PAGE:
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Blog Posts by: Carlos Minguell

We start off July in a good way, that is, diving. The first day in Ponta dos Caminhos, a pretty original name for this area, where many geographical features were named after saints or virgins. We get into the water next to the rocky cliff in order to explore various caves and arches in the area. After crossing though one of these and being tossed around by the groundswell, I quickly realize that I won't be taking any decent photographs with all this movement, so I shoot some jewel anemones and we head toward deeper waters further from the coast.

I get out of bed, and the sun is almost an inch above the horizon. Not that we´re late risers... here it´s early dawn, just after five and already daytime. Night falls at nine, giving us more than 16 hours of light each day. And with good reason, since my day is fully occupied.

As the Oceana Ranger must remain in port for ROV repairs (this afternoon the specialist in charge of it arrives), Ricardo has decided that we divers should spend the day on an unusual search: locating and documenting some Mediterranean madrepora Cladocora caespitosa colonies that were filmed briefly during an Oceana Ranger expedition in 2006. This coral is on the decline in the Mediterranean and its small colonies, of a size that does not usually exceed 20 cm in diameter. It is found spread out on shallow seabeds of our coasts.

This morning we left the port of Grand Canary at 6:15 a.m. (This is what the sailors told me as I was catching 40 winks at that hour in my cubicle). The plan for the day began with a ROV submersion at about -450 m in Bahía de Gando on the east coast of Grand Canary. It seemed like fun to me; especially at the beginning when we saw two “galludos” (they are sharks but do not scare you) and a pair of Actinoscyphia anemones that we call “flytraps” on board because of their striking similarity to the terrestrial plants of the same name. The coincidence does not end here: Ricardo, the campaign director says that they also hunt their prey in a similar fashion (and if Riki says it, it’s a fact). Farther ahead on the muddy bottom, there was a multitude of wavy dunes that we crossed that reminded me of Playa de Maspalomas but in miniature. Quite odd.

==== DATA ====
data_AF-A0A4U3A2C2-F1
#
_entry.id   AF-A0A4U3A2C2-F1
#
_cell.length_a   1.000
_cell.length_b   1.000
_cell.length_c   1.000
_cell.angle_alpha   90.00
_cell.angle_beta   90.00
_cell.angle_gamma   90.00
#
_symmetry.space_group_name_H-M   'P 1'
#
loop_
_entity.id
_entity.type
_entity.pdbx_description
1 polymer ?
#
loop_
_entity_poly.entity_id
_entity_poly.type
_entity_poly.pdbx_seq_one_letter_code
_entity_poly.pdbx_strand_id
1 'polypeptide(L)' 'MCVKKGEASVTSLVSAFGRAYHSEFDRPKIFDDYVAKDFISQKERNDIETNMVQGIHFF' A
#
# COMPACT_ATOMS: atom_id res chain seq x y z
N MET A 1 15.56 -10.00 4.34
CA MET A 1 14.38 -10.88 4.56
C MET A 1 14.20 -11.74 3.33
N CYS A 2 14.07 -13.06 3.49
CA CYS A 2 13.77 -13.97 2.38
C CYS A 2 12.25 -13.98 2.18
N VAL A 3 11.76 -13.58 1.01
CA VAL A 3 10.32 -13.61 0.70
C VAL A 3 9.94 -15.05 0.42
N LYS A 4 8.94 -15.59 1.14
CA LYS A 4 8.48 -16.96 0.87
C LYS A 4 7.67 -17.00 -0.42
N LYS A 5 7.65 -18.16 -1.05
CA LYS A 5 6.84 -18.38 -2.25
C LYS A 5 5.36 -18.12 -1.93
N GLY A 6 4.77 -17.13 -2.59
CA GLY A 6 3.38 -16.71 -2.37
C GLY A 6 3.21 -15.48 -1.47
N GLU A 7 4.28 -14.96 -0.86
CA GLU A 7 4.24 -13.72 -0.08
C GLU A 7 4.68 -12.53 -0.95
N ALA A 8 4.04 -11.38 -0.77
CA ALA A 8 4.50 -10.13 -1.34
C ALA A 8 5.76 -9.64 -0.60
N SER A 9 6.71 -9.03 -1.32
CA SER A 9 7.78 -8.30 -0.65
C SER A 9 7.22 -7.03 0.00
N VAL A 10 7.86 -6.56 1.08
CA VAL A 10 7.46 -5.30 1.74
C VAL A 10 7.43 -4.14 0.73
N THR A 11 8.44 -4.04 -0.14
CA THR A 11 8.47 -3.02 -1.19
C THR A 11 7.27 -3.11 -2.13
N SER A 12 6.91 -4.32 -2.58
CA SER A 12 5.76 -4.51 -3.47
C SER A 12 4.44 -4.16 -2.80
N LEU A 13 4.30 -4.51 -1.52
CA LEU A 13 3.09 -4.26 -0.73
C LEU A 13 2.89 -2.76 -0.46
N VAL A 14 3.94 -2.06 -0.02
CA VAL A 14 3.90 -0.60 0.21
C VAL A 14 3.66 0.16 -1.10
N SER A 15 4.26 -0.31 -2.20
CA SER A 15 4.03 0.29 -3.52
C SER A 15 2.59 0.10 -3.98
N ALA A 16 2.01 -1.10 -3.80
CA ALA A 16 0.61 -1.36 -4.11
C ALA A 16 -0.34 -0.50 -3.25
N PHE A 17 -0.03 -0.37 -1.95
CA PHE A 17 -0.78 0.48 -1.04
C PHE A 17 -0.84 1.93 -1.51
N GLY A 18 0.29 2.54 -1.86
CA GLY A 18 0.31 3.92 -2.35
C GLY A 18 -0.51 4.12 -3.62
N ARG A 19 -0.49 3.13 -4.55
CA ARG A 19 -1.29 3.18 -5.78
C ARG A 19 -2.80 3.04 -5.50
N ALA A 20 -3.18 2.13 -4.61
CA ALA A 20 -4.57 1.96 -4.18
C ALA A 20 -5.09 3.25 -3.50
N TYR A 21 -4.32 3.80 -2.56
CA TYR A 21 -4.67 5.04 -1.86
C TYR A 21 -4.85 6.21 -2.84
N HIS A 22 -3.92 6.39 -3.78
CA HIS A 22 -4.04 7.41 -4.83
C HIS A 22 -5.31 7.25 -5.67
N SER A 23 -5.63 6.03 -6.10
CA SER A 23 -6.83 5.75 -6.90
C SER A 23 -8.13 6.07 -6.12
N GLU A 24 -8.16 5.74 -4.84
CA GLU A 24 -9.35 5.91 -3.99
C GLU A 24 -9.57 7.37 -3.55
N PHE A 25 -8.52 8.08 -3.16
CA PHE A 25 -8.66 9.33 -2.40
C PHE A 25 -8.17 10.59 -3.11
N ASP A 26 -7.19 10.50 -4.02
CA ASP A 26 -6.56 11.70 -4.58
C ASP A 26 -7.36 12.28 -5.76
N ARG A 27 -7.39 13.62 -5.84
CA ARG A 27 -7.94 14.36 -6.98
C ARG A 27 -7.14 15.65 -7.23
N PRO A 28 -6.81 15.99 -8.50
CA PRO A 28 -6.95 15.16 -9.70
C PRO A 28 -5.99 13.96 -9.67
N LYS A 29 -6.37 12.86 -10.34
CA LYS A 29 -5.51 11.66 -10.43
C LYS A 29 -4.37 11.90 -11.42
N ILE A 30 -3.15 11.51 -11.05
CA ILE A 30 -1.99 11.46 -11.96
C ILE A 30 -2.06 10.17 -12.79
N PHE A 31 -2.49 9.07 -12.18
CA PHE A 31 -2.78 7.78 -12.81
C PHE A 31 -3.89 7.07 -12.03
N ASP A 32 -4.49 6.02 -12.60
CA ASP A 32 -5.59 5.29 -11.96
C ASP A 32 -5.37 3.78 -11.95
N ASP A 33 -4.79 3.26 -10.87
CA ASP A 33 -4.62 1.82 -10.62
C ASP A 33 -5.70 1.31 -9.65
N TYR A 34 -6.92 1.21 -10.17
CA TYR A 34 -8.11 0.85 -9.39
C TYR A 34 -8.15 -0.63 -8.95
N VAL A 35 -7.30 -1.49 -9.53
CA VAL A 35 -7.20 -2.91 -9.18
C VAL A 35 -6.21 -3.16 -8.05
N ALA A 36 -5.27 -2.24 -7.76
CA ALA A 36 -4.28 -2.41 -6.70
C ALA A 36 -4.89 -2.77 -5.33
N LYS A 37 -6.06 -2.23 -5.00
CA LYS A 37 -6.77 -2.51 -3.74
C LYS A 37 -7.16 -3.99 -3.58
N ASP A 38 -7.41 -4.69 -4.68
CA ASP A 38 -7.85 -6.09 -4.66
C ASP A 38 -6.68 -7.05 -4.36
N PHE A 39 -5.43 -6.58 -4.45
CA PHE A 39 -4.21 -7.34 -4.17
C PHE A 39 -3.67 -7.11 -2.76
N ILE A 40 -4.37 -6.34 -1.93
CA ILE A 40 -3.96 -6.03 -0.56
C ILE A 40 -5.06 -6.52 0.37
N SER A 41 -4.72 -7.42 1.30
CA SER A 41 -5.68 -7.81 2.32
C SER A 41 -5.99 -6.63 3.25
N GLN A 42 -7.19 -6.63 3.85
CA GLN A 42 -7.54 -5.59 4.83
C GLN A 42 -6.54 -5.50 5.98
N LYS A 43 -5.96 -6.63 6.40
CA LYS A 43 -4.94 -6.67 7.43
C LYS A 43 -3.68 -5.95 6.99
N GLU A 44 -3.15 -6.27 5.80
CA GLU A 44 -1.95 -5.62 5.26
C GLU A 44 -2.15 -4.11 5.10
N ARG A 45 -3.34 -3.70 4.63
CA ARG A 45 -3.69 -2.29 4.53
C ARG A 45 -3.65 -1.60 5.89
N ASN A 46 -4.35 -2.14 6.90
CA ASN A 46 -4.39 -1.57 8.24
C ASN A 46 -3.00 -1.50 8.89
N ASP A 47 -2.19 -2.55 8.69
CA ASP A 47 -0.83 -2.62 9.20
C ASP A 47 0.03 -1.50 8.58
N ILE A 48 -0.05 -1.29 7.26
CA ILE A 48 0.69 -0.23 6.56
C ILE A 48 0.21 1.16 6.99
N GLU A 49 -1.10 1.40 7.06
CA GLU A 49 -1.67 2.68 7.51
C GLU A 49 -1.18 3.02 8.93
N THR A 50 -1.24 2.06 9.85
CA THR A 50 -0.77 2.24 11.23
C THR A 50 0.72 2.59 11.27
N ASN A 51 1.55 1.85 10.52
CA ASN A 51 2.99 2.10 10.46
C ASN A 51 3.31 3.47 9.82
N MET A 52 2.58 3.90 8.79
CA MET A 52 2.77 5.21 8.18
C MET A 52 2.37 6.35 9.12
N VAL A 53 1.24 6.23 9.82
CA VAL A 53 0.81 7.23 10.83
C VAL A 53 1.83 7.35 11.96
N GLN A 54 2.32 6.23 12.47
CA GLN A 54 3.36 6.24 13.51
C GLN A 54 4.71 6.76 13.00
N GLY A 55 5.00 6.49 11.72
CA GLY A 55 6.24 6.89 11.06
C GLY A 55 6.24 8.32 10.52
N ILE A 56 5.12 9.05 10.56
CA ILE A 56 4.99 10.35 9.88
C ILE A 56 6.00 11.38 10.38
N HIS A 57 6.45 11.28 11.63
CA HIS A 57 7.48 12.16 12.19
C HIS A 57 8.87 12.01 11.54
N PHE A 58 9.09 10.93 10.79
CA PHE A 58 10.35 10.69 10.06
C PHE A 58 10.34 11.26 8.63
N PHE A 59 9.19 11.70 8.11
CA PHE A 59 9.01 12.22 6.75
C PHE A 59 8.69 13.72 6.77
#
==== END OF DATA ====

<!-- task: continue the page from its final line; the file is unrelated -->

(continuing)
This morning, the ROV has shown us some abrupt submerged ravines below 300 m off of Punta del Morrete in southeastern Fuerteventura. Despite the persistent trade wind and the swell it entails, the submersion was done accurately, and we traveled a wide area where we once again saw sessile fauna that is typical of this sea bottom. This time we saw a greater abundance of fishes: carangid, dentex and even an anglerfish. In the afternoon, the Ranger reached Morro Jable, a tourist enclave, and here the divers visited a dive known as “El Veril”, a slope near the beach that descends from 15 to almost 40 m.

After the ROV took up all the hours in the water for a few days, on Saturday the 23rd, we divers submerged again with the intention of documenting the "Secca del Capo" bottom. This is a seamount located at a considerable distance from the coast between the islands of Salina and Panarea.

The mound rises from hundreds of meters deep up to just 6 meters from the surface. This makes it (at least in theory) a suitable place for finding abundant fauna, especially large and pelagic fish.

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